The very recent Journal Sentinel headline read:
Wisconsin voter ID law deterred nearly 17,000 from voting, UW study says
The story opened:
A study released Monday estimates 16,800 or more people in Dane and Milwaukee counties were deterred from casting ballots in November because of Wisconsin’s voter ID law. The study by University of Wisconsin-Madison political scientist Ken Mayer concluded 16,800 to 23,250 voters in the two counties — the Democratic strongholds of Wisconsin — did not vote because of the voter ID law.
Hasn’t happened yet, but I fully expect the newspaper to publish an editorial screaming that the photo ID law is disgustingly unfair and racist.
Meanwhile, as Paul Harvey said countless times, you need to know “the rest of the story.”
Committing a flagrant act of non-lazy journalism: The MacIver Institute:
Perhaps the study’s most troubling number is its minuscule response rate, according to nationally renowned elections expert Hans von Spakovsky.
University of Wisconsin-Madison political scientist Ken Mayer’s analysis, released this week, asserts at least 16,800 voting-age residents in the two counties did not vote because of the law.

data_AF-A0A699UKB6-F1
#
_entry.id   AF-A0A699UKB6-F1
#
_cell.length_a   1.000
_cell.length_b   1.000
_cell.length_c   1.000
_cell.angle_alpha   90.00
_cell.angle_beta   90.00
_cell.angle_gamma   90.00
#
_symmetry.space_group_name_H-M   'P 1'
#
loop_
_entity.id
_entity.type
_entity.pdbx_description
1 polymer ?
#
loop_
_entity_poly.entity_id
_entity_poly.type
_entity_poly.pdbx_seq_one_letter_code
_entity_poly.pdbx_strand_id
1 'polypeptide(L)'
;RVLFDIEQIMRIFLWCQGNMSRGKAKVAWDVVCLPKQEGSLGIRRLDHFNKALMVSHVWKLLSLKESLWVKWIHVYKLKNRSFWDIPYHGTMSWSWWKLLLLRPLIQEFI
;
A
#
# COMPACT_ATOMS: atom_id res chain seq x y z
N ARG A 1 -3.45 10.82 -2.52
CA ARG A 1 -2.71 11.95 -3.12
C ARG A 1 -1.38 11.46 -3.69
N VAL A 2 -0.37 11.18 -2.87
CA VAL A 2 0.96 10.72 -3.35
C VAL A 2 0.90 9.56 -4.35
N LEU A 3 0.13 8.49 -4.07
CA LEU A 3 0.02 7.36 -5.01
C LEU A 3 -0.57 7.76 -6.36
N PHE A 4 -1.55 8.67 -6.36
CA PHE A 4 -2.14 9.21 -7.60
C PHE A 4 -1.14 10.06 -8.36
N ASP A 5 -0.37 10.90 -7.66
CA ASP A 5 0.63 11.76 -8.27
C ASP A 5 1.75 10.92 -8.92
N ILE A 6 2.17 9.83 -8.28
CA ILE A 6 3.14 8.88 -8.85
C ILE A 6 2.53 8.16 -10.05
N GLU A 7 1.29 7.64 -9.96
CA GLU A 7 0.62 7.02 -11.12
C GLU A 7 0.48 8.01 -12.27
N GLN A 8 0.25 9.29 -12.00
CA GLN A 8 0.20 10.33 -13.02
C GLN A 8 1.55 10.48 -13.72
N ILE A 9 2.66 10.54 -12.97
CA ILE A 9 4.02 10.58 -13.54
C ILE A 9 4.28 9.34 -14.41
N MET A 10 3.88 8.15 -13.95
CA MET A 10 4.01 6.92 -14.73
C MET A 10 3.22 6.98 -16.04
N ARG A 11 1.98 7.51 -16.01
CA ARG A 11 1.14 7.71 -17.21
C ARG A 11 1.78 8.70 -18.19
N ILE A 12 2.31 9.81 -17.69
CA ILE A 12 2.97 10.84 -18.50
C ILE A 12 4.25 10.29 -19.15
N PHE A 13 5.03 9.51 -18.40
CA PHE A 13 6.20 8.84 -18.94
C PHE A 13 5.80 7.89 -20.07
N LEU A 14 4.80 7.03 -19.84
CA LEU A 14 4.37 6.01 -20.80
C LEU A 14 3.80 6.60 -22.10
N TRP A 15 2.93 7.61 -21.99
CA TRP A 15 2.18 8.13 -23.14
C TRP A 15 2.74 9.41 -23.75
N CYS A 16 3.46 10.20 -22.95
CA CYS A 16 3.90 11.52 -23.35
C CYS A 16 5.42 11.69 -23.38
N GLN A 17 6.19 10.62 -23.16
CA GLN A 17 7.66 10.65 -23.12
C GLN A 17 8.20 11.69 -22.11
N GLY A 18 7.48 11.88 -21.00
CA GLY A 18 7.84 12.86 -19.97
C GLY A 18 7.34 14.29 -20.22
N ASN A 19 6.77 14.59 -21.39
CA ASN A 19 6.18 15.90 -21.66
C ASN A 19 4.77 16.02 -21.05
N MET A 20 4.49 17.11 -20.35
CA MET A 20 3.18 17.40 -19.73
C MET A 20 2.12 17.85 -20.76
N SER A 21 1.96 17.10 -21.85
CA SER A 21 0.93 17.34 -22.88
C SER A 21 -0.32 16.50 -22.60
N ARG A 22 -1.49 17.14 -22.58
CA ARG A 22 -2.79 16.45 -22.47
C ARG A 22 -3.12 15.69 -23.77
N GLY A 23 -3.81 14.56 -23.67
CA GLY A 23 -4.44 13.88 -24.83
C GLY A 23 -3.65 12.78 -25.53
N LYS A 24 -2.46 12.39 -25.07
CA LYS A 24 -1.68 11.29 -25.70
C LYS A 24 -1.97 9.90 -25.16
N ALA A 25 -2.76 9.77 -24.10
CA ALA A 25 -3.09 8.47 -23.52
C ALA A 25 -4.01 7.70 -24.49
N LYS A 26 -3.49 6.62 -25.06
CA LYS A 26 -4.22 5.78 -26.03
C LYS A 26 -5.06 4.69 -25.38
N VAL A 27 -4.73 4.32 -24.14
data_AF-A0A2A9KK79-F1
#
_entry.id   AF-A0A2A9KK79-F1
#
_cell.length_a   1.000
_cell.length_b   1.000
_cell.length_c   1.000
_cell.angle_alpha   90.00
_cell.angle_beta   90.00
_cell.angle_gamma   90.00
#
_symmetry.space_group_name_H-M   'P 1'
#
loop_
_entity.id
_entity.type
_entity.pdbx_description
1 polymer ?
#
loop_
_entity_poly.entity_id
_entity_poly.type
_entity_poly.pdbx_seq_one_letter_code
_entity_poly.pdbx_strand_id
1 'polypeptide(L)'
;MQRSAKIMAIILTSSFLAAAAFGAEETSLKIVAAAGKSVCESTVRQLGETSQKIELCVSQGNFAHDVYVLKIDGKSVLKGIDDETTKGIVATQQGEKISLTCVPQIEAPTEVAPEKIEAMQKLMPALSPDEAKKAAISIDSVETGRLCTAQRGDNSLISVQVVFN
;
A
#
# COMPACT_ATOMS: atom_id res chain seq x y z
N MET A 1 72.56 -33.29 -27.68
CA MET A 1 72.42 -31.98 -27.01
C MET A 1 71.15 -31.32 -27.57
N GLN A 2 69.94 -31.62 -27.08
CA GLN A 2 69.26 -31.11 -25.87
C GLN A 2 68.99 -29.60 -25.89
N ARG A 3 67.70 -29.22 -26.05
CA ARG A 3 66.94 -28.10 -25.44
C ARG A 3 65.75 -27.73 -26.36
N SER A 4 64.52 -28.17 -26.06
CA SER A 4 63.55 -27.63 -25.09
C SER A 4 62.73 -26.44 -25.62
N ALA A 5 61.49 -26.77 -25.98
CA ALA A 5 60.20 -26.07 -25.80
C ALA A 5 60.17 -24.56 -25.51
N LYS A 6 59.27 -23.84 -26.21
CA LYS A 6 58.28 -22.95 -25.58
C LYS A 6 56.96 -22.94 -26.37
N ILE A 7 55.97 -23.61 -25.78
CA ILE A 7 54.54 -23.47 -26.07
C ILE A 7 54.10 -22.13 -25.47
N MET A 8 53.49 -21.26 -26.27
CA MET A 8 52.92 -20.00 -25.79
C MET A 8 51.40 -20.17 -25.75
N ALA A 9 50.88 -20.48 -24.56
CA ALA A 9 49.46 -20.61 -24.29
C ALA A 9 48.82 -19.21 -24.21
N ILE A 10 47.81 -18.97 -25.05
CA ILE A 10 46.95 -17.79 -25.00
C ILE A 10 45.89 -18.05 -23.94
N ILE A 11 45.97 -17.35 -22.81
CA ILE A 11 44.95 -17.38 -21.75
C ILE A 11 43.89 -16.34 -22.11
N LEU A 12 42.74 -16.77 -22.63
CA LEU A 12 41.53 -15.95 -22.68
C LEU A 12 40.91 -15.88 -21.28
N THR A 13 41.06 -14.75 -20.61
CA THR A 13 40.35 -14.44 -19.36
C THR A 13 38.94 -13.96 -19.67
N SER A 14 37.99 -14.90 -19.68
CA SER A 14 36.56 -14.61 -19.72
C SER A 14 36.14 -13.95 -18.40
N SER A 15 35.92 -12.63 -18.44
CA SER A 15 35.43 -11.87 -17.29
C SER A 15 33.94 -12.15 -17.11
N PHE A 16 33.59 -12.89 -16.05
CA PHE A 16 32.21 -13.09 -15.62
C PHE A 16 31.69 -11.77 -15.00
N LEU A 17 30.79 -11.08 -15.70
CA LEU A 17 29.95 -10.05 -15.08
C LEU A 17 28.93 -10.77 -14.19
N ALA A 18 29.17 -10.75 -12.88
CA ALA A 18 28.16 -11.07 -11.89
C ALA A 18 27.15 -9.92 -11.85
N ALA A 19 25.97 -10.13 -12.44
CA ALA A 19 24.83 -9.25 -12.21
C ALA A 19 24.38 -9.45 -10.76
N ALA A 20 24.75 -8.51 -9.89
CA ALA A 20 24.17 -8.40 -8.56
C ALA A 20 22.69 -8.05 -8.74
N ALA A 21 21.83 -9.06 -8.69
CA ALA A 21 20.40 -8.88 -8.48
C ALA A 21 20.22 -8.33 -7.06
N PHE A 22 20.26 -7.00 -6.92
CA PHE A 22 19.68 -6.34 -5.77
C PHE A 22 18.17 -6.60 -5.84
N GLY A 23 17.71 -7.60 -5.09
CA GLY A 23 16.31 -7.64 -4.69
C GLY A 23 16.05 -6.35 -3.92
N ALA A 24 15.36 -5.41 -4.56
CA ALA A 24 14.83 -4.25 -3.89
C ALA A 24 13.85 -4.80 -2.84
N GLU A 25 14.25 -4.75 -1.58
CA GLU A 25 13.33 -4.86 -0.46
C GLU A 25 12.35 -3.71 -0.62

What’s buried at the bottom of the mainstream media’s screaming voter disenfranchisement stories is the extrapolation game Mayer plays with the numbers.
The political science professor sent out 2,400 surveys to residents registered to vote but identified as not having cast ballots in November. Mayer received 293 responses. A total of nine respondents claimed voter ID exclusively kept them from voting.
“That’s not sufficient for a ballot poll. That’s too small a sample to give you any validity,” said von Spakovsky.
MediaTrackers also found flaws, reporting “looking at the study closer shows that there are too many holes for it to concretely say that the Voter ID law was at fault, and even less about how this could have changed the outcome of the 2016 election.”